Some cold (pun intended) comfort in the UK this week as authorities there assure the population that although energy prices are absolutely spiking and creating economic pain for millions, at least there is no chance of “gas shortages” and a “three-day working week or a throwback to the 1970s.”

Wow, how far we’ve come…

Besides such colourful comments the article referenced below provides some chilling (sorry) explanations re high prices and the upcoming situation for the energy poor in that region, with the old “underlying market fundamentals” seemingly to blame.

If only those fundamentals had been built with a focus on the requirements of today’s energy poor, rather than some long-term and completely irrational view of, you know, having all 195-odd countries on the planet somehow come together to try to control the global climate via a single variable of CO2 concentration in the atmosphere for the potential benefit of humans in 2050 and beyond…

Yes, it’s all as stupid as it seems…

REFERENCE ARTICLE:

Leveraging energy flexibility to address soaring UK energy prices

KEY QUOTES:

“Dan Starman, head of assets and infrastructure at UK research firm Cornwall Insight, said: “Many of the price increases now are driven by underlying market fundamentals such as high gas and carbon prices, as well as demand recovery from COVID-19. To counter these factors, we would need long-term flexibility, such as long-range seasonal gas storage. This can act to suppress prices if summer seasonal prices are at a discount to winter and provided excess gas is available to inject into storage.””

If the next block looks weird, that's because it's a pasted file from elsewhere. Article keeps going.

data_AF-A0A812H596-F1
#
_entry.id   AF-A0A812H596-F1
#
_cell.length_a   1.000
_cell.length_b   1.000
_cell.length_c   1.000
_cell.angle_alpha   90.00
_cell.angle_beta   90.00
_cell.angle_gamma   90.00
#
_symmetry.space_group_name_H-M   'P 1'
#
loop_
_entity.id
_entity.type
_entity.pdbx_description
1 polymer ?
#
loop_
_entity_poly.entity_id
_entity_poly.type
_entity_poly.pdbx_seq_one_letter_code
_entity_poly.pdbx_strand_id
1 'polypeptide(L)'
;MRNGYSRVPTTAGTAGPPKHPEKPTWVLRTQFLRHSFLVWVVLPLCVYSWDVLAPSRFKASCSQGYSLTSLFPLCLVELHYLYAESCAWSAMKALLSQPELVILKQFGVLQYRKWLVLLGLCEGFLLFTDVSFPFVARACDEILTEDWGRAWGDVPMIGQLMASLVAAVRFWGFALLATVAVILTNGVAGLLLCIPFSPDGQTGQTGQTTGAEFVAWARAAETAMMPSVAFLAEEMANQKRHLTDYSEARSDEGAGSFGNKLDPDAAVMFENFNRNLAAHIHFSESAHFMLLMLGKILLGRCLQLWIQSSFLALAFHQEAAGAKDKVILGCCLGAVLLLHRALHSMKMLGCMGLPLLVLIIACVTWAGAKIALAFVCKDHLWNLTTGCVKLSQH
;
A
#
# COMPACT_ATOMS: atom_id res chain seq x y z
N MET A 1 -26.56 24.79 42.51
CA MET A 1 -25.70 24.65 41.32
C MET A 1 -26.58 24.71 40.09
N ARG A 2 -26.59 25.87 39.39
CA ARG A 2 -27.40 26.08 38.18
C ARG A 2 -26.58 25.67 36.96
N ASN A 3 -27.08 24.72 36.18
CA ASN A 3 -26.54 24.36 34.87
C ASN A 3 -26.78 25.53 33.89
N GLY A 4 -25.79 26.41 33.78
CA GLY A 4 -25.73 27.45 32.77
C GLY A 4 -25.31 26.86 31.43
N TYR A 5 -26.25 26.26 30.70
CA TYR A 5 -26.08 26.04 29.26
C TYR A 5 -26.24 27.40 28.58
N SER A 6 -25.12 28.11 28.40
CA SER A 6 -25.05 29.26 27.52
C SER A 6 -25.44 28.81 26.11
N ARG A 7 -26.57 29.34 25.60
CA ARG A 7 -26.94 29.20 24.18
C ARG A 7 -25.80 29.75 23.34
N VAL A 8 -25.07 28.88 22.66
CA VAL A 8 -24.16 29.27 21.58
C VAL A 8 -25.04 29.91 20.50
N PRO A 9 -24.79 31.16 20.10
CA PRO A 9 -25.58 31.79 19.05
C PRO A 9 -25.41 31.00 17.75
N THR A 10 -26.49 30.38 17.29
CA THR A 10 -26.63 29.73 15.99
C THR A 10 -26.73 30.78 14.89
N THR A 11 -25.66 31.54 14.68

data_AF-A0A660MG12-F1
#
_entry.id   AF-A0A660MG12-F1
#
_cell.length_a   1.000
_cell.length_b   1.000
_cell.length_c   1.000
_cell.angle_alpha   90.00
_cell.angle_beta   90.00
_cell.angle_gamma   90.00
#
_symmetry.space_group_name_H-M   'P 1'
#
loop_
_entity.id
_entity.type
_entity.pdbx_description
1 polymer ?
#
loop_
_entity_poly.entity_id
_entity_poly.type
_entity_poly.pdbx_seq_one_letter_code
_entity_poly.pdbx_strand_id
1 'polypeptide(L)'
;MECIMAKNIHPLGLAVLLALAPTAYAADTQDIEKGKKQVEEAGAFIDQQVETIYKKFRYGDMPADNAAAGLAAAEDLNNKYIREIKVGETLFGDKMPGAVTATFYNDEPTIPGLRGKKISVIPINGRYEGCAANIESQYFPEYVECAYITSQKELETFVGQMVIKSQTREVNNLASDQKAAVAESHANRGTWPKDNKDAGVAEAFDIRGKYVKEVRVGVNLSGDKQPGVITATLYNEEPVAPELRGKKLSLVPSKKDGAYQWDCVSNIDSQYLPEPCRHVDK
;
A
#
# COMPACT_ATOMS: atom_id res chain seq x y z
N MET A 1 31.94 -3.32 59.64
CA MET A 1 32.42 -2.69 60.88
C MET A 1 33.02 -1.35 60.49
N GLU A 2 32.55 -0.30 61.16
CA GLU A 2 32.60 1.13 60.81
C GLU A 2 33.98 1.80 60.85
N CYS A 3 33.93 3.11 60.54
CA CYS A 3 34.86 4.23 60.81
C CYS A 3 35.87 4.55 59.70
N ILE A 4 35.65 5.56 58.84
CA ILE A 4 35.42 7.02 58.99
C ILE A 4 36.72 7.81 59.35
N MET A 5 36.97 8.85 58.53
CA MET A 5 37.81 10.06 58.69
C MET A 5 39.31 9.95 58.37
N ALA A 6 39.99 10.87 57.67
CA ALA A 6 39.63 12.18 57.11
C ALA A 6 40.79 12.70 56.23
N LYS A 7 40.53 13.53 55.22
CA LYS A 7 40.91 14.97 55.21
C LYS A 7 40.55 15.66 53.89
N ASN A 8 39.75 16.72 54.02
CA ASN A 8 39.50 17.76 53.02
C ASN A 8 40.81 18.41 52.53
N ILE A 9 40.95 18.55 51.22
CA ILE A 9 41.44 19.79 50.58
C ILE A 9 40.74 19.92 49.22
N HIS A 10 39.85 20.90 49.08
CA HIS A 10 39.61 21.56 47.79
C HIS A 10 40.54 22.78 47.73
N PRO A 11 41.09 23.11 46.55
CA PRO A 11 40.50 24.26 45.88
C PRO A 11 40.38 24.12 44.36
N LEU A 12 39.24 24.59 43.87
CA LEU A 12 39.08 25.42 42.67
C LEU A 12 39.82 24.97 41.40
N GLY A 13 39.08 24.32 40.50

“Much of the flexibility we have is very short in duration – operating on within-day cycles, for example, batteries and to some extent pumped storage. More flexibility here could have reduced some of the significant spreads between peak and off-peak prices we have seen over recent weeks, although it would have done little to suppress longer-term prices. Longer-term flexibility, and any shortfall in generation margin, are typically provided by assets that are fossil fuel-fired (gas being the main source in Great Britain). Replacing these marginal generators will present a significant technical challenge.”

SOURCE:

Smart Energy International